Vinitamati, Vinītamati: 3 definitions
Vinitamati means something in Hinduism, Sanskrit. If you want to know the exact meaning, history, etymology or English translation of this term then check out the descriptions on this page. Add your comment or reference to a book if you want to contribute to this summary article.
Kavya (poetry)Source: Wisdom Library: Kathāsaritsāgara
1) Vinītamati (विनीतमति) is the son of Kamalamati, the warder of king Udayatuṅga from Ahicchatrā, according to the Kathāsaritsāgara, chapter 72. Accordingly, as a female ascetic said to Guṇākara: “... and he [king Udayatuṅga] had a noble warder named Kamalamati. This warder had a matchless son named Vinītamati. The lotus, in spite of its threads, and the bow, in spite of its string, could not be compared to that youth who possessed a string of good qualities, for the first was hollow and the second crooked”.
2) Vinītamati (विनीतमति) is an ambassador (dūta) of king Mandāradeva from Haṃsadvīpa, according to the Kathāsaritsāgara, chapter 101. Accordingly, as Muni Kaṇva said to Mṛgāṅkadatta in his hermitage: “... he sent her [Mandāravatī] off from Haṃsadvīpa by sea on an auspicious day, to travel to Alakā, in order that she might be married there; and he sent with her a minister of his own, named Vinītamati...’”.
The Kathāsaritsāgara (‘ocean of streams of story’), mentioning Vinītamati, is a famous Sanskrit epic story revolving around prince Naravāhanadatta and his quest to become the emperor of the vidyādharas (celestial beings). The work is said to have been an adaptation of Guṇāḍhya’s Bṛhatkathā consisting of 100,000 verses, which in turn is part of a larger work containing 700,000 verses.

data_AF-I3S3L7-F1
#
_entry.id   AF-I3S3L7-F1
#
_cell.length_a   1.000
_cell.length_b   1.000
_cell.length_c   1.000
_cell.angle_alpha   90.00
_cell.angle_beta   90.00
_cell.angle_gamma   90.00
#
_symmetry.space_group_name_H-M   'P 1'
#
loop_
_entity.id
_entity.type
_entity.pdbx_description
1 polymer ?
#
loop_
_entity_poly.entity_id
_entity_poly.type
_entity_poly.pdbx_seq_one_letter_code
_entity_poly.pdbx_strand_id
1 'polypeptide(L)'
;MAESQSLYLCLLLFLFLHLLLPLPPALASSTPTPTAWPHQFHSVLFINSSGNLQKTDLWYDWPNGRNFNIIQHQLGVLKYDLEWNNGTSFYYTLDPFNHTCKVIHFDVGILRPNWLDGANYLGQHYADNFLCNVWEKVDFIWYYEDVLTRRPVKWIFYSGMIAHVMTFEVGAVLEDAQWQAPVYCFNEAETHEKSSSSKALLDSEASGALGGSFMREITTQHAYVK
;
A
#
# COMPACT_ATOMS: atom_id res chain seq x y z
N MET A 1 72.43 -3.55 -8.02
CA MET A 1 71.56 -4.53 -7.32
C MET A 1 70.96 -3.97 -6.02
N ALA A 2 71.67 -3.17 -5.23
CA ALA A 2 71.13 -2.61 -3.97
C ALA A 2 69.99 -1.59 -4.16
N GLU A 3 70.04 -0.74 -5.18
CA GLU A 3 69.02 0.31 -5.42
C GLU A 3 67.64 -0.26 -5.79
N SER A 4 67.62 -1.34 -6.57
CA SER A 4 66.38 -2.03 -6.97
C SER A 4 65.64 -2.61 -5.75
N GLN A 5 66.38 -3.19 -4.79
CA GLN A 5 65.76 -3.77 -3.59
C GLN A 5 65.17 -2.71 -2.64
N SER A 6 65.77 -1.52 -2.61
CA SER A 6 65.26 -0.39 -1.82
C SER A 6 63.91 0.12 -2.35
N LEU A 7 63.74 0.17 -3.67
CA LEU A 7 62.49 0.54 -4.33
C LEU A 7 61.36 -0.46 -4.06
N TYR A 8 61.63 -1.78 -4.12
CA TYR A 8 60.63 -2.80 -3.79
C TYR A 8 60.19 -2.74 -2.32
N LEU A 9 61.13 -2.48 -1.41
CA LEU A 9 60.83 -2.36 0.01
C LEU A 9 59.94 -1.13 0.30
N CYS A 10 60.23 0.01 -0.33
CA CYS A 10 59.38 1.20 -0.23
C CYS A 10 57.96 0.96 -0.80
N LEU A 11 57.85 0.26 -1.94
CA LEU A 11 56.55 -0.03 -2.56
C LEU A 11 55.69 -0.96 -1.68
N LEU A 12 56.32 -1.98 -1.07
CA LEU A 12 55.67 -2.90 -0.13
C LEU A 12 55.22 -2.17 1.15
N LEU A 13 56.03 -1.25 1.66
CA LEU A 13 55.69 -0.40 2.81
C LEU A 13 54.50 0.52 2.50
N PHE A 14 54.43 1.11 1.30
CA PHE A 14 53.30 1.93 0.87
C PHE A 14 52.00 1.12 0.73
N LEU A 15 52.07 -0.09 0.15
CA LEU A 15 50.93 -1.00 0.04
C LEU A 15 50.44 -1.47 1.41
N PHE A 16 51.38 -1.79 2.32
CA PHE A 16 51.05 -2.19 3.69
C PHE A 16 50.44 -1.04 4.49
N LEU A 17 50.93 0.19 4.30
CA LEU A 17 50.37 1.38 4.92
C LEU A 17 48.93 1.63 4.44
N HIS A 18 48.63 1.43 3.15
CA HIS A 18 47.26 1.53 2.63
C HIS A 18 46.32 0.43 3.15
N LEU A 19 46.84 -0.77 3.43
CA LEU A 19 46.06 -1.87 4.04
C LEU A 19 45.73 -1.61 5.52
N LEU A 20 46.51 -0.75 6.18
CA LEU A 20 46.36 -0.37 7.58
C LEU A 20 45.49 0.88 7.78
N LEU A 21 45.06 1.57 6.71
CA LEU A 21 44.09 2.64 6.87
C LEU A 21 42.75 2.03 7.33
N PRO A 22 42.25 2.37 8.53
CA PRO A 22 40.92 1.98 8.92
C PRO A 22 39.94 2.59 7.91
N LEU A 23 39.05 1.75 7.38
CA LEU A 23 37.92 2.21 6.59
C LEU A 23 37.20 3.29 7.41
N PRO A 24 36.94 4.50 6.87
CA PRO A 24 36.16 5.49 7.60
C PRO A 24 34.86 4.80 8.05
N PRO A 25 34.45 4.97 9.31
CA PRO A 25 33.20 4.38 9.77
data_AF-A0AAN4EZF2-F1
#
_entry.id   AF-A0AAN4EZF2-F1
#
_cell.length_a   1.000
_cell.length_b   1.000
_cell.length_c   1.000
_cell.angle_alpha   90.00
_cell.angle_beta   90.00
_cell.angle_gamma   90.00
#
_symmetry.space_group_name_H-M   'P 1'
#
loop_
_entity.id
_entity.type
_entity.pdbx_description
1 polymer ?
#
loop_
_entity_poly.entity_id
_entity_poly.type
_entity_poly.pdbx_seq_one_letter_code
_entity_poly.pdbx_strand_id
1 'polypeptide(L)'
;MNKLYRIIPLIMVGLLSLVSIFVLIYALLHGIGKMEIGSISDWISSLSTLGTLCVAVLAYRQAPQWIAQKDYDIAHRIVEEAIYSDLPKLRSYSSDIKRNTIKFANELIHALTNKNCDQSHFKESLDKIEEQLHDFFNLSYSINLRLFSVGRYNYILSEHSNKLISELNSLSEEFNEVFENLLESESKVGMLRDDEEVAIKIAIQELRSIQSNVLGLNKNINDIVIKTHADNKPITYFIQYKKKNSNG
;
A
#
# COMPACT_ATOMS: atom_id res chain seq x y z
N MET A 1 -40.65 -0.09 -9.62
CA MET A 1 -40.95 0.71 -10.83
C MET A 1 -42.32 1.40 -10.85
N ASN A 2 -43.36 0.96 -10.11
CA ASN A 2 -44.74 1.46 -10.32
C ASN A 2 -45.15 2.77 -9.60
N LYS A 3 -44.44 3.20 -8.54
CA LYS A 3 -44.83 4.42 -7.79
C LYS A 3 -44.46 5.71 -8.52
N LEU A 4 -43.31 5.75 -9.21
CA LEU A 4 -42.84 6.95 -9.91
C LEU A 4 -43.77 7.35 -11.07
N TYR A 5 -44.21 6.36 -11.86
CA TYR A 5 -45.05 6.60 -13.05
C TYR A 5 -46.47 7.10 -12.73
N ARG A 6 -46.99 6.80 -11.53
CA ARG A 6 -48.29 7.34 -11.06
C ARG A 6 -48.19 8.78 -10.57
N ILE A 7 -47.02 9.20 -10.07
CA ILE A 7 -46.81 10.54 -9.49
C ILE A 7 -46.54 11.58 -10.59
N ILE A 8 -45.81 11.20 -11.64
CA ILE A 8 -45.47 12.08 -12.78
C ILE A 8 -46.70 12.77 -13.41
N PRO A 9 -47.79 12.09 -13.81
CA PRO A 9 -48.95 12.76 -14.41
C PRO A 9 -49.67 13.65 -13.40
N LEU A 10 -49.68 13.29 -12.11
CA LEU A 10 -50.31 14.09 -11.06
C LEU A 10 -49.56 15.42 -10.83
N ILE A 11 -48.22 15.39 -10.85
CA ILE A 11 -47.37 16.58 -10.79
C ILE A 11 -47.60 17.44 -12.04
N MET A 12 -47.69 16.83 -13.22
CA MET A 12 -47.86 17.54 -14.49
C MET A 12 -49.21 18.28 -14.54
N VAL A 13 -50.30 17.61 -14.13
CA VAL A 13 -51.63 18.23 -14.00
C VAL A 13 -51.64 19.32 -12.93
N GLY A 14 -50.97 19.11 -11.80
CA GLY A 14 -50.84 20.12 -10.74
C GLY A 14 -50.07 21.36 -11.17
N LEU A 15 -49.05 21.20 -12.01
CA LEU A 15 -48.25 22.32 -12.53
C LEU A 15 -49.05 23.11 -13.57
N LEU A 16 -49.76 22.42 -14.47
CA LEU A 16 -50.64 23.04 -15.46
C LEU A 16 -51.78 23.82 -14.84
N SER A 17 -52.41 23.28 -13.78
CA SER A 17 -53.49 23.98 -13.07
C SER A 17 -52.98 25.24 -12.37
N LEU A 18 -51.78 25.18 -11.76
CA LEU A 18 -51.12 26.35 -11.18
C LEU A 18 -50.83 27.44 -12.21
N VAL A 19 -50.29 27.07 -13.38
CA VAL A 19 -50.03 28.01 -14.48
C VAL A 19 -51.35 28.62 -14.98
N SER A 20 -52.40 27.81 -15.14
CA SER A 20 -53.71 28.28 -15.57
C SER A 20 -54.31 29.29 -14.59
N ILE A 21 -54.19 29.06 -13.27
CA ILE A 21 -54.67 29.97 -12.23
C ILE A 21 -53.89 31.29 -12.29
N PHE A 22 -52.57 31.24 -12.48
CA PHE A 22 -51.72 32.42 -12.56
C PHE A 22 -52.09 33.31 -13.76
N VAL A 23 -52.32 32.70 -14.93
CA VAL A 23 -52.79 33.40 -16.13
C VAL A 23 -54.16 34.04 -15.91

Kavya (काव्य, kavya) refers to Sanskrit poetry, a popular ancient Indian tradition of literature. There have been many Sanskrit poets over the ages, hailing from ancient India and beyond. This topic includes mahakavya, or ‘epic poetry’ and natya, or ‘dramatic poetry’.
Languages of India and abroad
Sanskrit dictionarySource: Cologne Digital Sanskrit Dictionaries: Monier-Williams Sanskrit-English Dictionary
Vinītamati (विनीतमति):—[=vi-nīta-mati] [from vi-nīta > vi-nī] m. Name of two men, [Kathāsaritsāgara]
[Sanskrit to German]
Sanskrit, also spelled संस्कृतम् (saṃskṛtam), is an ancient language of India commonly seen as the grandmother of the Indo-European language family (even English!). Closely allied with Prakrit and Pali, Sanskrit is more exhaustive in both grammar and terms and has the most extensive collection of literature in the world, greatly surpassing its sister-languages Greek and Latin.
See also (Relevant definitions)
Full-text (+9): Carumati, Malayaprabha, Indukesharin, Induyashas, Maladhara, Vijayamalin, Malayamalin, Shubhanaya, Shekharajyoti, Vijayavati, Simhavikrama, Kamalamati, Kedara, Kedaradri, Gandhamalin, Indukalasha, Mantharaka, Kurukshetra, Nagashura, Somashura.
Search found 1 books and stories containing Vinitamati, Vinītamati, Vinita-mati, Vinīta-mati; (plurals include: Vinitamatis, Vinītamatis, matis). You can also click to the full overview containing English textual excerpts. Below are direct links for the most relevant articles: